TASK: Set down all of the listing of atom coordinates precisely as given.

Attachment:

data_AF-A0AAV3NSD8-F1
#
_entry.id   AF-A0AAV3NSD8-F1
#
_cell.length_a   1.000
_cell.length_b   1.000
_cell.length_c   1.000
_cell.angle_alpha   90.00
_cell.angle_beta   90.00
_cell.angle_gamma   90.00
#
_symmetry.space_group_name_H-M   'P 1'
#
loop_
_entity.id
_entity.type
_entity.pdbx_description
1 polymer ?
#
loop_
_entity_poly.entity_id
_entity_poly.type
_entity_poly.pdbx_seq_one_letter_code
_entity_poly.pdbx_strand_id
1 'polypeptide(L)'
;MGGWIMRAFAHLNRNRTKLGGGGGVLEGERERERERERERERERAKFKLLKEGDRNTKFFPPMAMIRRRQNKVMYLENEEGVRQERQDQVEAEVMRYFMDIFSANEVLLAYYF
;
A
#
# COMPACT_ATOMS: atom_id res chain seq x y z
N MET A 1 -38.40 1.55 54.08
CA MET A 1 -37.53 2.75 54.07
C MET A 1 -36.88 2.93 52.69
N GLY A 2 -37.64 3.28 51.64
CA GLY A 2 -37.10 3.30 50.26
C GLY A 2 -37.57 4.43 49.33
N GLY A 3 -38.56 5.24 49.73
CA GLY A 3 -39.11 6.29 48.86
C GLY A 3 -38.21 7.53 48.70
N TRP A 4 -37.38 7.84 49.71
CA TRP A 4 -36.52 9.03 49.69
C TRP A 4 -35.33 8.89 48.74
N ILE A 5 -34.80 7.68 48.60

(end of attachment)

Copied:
data_AF-A0AAV3NSD8-F1
#
_entry.id   AF-A0AAV3NSD8-F1
#
_cell.length_a   1.000
_cell.length_b   1.000
_cell.length_c   1.000
_cell.angle_alpha   90.00
_cell.angle_beta   90.00
_cell.angle_gamma   90.00
#
_symmetry.space_group_name_H-M   'P 1'
#
loop_
_entity.id
_entity.type
_entity.pdbx_description
1 polymer ?
#
loop_
_entity_poly.entity_id
_entity_poly.type
_entity_poly.pdbx_seq_one_letter_code
_entity_poly.pdbx_strand_id
1 'polypeptide(L)'
;MGGWIMRAFAHLNRNRTKLGGGGGVLEGERERERERERERERERAKFKLLKEGDRNTKFFPPMAMIRRRQNKVMYLENEEGVRQERQDQVEAEVMRYFMDIFSANEVLLAYYF
;
A
#
# COMPACT_ATOMS: atom_id res chain seq x y z
N MET A 1 -38.40 1.55 54.08
CA MET A 1 -37.53 2.75 54.07
C MET A 1 -36.88 2.93 52.69
N GLY A 2 -37.64 3.28 51.64
CA GLY A 2 -37.10 3.30 50.26
C GLY A 2 -37.57 4.43 49.33
N GLY A 3 -38.56 5.24 49.73
CA GLY A 3 -39.11 6.29 48.86
C GLY A 3 -38.21 7.53 48.70
N TRP A 4 -37.38 7.84 49.71
CA TRP A 4 -36.52 9.03 49.69
C TRP A 4 -35.33 8.89 48.74
N ILE A 5 -34.80 7.68 48.60